The route lay through Martinsburg to Cabletown, where the enemy first appeared and the Confederate pickets were driven in. Then a brigade under General Hayes was sent out to attack Early's entire army of twenty thousand soldiers. Hayes had with him no cavalry and only two sections of an old howitzer battery which was of little or no use, and it was not long before he found himself completely surrounded by General Early's cavalry.
It was truly a trying moment, and for several minutes it looked as if the brigade must either surrender or suffer a tremendous loss, if not complete annihilation. But the courage of the Unionists was equal to the occasion, and guided by their gallant officers, they made a bold rush, and literally cut their way through the cavalry, not, however, without leaving many dead and wounded on the field.
Lieutenant McKinley was now on Colonel, or rather Acting General, Hayes's staff, and after this battle had a great deal of work to do in getting the different companies and regiments together again. A warm friendship had sprung up between the two future Presidents of the United States, a friendship which was to endure until death separated them.
"I could not help but like the boy," was what General Hayes said afterward. "He was such a clean-cut, bright fellow, honest to the core, and always willing to do anything asked of him. Sometimes he fairly seemed to anticipate my wishes, and he always carried them out, no matter what the cost." And on another occasion he added: "The night was never too dark, the weather never too cold, there was no sleet, or storm, or snow, or rain that stood in the way of his prompt and efficient performance of every duty." What a tribute to the character of any soldier boy!
On the 24th of July a battle was fought near Winchester, in which the Unionists were defeated after a contest lasting from nine in the morning until nine at night. In this engagement the Twenty-third Ohio lost one hundred and fifty-three men killed and wounded, including ten commissioned officers.
Immediately after the military movement narrated above came the battle of Kernstown, near Winchester, and here it was that McKinley gained his highest reputation for courage, performing an act which for daring is not outmatched by any performed during our Civil War.
The Union forces were falling back, when they were attacked by a portion of Early's army. Thinking he could hold the enemy in check, General Crook went to the front with his brigades, which included that under General Hayes. For a while the contest waged furiously, but at last Crook saw that the plan was futile, and the soldiers were called upon to retreat. As the different regiments were retiring, General Hayes saw that one body of soldiery—the Thirteenth West Virginia regiment—had not received any orders and was in immediate danger of being surrounded and captured.
"They must be informed that the retreat has sounded," said General Hayes, and turned to see who could be sent upon that dangerous mission. McKinley was passing, and he halted the young man.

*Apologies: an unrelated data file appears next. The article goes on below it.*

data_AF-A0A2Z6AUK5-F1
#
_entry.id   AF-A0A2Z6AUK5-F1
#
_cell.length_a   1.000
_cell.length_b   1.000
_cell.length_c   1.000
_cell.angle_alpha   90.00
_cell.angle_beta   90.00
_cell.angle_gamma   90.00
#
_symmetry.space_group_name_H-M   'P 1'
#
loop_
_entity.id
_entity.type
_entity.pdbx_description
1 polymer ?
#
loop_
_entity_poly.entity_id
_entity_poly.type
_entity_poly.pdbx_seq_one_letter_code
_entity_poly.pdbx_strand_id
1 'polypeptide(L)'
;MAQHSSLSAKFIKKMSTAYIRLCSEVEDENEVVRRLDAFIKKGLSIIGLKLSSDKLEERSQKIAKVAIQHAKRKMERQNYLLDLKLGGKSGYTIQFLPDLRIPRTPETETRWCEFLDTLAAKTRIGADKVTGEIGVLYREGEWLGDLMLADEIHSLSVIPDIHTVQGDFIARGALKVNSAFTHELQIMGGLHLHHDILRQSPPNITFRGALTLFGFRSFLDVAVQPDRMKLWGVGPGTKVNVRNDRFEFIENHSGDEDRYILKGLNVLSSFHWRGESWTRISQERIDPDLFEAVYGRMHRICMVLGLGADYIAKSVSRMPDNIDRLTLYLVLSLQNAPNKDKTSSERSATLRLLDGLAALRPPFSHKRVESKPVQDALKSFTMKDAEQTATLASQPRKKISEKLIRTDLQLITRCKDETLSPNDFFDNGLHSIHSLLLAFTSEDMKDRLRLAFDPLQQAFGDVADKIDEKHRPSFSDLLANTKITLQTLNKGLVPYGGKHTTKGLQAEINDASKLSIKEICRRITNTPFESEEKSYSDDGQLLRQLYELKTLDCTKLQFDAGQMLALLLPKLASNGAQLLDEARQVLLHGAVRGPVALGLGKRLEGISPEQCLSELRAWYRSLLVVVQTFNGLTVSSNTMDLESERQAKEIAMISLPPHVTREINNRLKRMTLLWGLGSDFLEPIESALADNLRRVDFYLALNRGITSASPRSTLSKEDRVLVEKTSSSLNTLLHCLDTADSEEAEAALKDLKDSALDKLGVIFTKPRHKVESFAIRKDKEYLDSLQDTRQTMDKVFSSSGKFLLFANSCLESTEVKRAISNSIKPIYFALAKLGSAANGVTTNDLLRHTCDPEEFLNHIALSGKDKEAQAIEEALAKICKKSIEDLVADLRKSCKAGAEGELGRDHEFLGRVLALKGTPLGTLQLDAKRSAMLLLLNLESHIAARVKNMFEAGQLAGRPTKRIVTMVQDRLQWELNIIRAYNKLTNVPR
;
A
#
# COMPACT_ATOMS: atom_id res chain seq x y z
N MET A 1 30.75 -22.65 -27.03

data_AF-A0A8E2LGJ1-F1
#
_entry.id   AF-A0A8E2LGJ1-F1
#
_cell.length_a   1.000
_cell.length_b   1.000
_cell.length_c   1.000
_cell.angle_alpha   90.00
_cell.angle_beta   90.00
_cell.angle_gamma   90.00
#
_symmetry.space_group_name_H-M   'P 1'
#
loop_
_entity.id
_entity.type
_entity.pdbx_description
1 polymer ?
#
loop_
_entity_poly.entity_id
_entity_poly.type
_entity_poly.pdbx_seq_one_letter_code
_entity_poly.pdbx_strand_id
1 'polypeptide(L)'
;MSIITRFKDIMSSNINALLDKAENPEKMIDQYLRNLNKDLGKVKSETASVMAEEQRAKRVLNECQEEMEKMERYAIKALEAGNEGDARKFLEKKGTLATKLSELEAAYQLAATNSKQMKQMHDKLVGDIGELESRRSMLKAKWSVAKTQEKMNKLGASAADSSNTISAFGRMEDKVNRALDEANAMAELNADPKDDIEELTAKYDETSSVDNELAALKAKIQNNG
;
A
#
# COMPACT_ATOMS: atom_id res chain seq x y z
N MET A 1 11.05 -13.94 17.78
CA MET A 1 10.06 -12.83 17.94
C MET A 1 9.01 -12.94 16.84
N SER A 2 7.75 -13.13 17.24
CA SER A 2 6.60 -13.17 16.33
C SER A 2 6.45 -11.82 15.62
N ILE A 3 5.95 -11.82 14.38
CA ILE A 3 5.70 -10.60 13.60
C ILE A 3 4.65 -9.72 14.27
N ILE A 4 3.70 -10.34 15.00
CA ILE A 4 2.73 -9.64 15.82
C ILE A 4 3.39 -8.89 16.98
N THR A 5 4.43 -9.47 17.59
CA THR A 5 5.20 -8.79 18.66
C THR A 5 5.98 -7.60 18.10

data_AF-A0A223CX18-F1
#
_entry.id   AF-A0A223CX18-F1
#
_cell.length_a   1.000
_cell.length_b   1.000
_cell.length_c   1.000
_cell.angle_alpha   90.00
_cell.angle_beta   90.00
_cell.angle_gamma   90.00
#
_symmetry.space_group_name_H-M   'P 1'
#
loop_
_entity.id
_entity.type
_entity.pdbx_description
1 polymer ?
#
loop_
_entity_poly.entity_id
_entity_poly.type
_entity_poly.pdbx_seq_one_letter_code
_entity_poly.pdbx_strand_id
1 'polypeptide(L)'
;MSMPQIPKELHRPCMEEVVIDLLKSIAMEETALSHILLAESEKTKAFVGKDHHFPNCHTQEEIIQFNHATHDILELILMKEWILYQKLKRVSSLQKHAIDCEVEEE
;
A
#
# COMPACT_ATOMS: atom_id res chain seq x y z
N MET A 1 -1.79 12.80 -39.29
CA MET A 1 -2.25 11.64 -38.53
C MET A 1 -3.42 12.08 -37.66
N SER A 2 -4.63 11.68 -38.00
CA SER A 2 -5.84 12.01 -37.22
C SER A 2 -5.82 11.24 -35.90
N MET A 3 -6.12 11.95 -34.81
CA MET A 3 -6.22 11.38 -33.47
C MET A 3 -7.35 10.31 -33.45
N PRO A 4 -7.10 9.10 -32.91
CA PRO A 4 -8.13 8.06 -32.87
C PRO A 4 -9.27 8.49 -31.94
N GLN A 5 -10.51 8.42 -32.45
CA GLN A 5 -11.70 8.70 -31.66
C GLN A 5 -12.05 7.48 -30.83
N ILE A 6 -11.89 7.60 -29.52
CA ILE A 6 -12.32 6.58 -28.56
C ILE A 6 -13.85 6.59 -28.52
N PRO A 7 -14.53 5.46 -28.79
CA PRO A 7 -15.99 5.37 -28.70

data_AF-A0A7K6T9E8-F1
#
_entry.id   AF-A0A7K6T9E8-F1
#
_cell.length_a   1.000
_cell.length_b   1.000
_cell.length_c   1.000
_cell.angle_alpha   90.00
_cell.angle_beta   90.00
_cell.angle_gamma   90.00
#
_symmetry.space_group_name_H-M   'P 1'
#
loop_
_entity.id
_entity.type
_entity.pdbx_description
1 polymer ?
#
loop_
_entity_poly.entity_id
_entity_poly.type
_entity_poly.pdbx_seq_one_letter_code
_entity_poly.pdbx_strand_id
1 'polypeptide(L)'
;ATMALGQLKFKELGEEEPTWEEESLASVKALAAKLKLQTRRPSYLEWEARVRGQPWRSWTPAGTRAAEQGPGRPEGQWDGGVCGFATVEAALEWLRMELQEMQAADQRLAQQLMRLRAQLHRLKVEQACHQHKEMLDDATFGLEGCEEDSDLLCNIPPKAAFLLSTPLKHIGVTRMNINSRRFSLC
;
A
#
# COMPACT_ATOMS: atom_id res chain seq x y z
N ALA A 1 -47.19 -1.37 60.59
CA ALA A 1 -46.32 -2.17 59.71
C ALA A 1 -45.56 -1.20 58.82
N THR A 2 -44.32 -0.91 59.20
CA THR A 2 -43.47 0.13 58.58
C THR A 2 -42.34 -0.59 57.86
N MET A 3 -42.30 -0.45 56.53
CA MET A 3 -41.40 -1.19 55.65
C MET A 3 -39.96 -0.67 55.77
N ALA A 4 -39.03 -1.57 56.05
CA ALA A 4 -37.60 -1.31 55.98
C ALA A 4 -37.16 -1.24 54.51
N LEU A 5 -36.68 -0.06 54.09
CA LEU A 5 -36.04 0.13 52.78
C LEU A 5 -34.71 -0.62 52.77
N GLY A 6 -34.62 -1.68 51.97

"Lieutenant, do you see yonder regiment?" he asked.
The young officer saluted. "I do, general," he answered.
"Evidently the colonel has not heard the retreat,—does not know that he is alone fighting a force ten times superior to his own. He must be given an order to withdraw. Will you carry that order to him?"
"I will, general."
"It is a dangerous mission."
"I know it, but I will go."
No more was said, and almost as soon as he had spoken McKinley had wheeled around on his bobtailed horse and was dashing down a slight hill and across an open field in the direction of the imperilled regiment, that was fighting desperately, in utter ignorance of its helplessness.
As some of the men saw the young staff officer depart, they gave a faint cheer, but this was hushed when they beheld the grave look upon General Hayes's face and realized what was passing in their commander's mind.
"He can't get through; some rebel sharpshooter will fetch him," said more than one old veteran. "He's sure to be shot down before he's gone half the distance."
One or two called to McKinley to come back,—in utter defiance of the fact that he carried an order from the general,—for they loved him deeply. But he merely shook his head, and soon he was out of hearing.
"He'll never come back alive," came from one of the captains.
"It's facing certain death," added another.
On and on and still on rode Lieutenant McKinley, over the fields, leaping fences and ditches, rough rocks, and low brushwood. Bullets flew in front and behind him, but he appeared to bear a charmed life. His course lay obliquely toward the enemy, and thousands of Unionists and Confederates saw him make the mad dash. Then a battery was turned in that direction, and the whining shriek of a shell was heard as it whizzed through the air, to explode in his rear. The shell was followed quickly by another, and then a third, and in a chaos of smoke, flame, and dirt, McKinley was seen to go down, and his horse with him.